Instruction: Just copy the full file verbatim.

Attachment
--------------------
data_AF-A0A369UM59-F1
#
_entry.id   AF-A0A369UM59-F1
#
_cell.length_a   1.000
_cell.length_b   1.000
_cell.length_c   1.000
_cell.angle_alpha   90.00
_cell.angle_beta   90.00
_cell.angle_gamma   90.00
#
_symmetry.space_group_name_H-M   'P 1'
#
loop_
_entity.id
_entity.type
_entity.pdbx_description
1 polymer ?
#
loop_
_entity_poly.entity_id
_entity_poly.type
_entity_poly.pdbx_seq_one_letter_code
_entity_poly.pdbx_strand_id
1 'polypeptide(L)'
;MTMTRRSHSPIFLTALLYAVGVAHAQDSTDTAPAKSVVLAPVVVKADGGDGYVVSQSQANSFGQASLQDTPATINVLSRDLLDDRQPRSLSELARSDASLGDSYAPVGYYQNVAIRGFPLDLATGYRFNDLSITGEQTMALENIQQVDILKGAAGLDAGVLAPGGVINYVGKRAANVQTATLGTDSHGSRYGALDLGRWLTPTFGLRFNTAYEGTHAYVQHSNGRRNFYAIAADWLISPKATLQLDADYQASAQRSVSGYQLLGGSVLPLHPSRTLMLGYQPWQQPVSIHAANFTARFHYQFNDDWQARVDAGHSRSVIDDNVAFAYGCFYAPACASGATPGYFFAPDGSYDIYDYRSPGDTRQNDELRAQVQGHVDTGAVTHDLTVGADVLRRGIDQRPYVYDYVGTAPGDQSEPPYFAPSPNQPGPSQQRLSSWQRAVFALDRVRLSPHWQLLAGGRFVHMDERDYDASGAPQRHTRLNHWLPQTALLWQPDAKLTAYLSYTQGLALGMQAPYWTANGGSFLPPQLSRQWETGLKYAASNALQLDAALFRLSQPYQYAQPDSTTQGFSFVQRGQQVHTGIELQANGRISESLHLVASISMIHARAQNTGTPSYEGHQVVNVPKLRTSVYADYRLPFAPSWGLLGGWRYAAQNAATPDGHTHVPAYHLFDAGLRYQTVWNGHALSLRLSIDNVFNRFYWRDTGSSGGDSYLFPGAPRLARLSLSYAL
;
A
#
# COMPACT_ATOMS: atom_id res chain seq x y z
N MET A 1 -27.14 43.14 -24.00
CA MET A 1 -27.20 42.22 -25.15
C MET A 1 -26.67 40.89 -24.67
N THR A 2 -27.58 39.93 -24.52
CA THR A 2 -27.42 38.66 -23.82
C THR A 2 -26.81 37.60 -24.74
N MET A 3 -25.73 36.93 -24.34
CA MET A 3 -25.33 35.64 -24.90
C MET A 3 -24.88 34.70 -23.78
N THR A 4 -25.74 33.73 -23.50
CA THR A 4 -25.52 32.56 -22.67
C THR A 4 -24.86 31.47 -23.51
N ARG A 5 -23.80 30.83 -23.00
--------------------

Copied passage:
data_AF-A0A369UM59-F1
#
_entry.id   AF-A0A369UM59-F1
#
_cell.length_a   1.000
_cell.length_b   1.000
_cell.length_c   1.000
_cell.angle_alpha   90.00
_cell.angle_beta   90.00
_cell.angle_gamma   90.00
#
_symmetry.space_group_name_H-M   'P 1'
#
loop_
_entity.id
_entity.type
_entity.pdbx_description
1 polymer ?
#
loop_
_entity_poly.entity_id
_entity_poly.type
_entity_poly.pdbx_seq_one_letter_code
_entity_poly.pdbx_strand_id
1 'polypeptide(L)'
;MTMTRRSHSPIFLTALLYAVGVAHAQDSTDTAPAKSVVLAPVVVKADGGDGYVVSQSQANSFGQASLQDTPATINVLSRDLLDDRQPRSLSELARSDASLGDSYAPVGYYQNVAIRGFPLDLATGYRFNDLSITGEQTMALENIQQVDILKGAAGLDAGVLAPGGVINYVGKRAANVQTATLGTDSHGSRYGALDLGRWLTPTFGLRFNTAYEGTHAYVQHSNGRRNFYAIAADWLISPKATLQLDADYQASAQRSVSGYQLLGGSVLPLHPSRTLMLGYQPWQQPVSIHAANFTARFHYQFNDDWQARVDAGHSRSVIDDNVAFAYGCFYAPACASGATPGYFFAPDGSYDIYDYRSPGDTRQNDELRAQVQGHVDTGAVTHDLTVGADVLRRGIDQRPYVYDYVGTAPGDQSEPPYFAPSPNQPGPSQQRLSSWQRAVFALDRVRLSPHWQLLAGGRFVHMDERDYDASGAPQRHTRLNHWLPQTALLWQPDAKLTAYLSYTQGLALGMQAPYWTANGGSFLPPQLSRQWETGLKYAASNALQLDAALFRLSQPYQYAQPDSTTQGFSFVQRGQQVHTGIELQANGRISESLHLVASISMIHARAQNTGTPSYEGHQVVNVPKLRTSVYADYRLPFAPSWGLLGGWRYAAQNAATPDGHTHVPAYHLFDAGLRYQTVWNGHALSLRLSIDNVFNRFYWRDTGSSGGDSYLFPGAPRLARLSLSYAL
;
A
#
# COMPACT_ATOMS: atom_id res chain seq x y z
N MET A 1 -27.14 43.14 -24.00
CA MET A 1 -27.20 42.22 -25.15
C MET A 1 -26.67 40.89 -24.67
N THR A 2 -27.58 39.93 -24.52
CA THR A 2 -27.42 38.66 -23.82
C THR A 2 -26.81 37.60 -24.74
N MET A 3 -25.73 36.93 -24.34
CA MET A 3 -25.33 35.64 -24.90
C MET A 3 -24.88 34.70 -23.78
N THR A 4 -25.74 33.73 -23.50
CA THR A 4 -25.52 32.56 -22.67
C THR A 4 -24.86 31.47 -23.51
N ARG A 5 -23.80 30.83 -23.00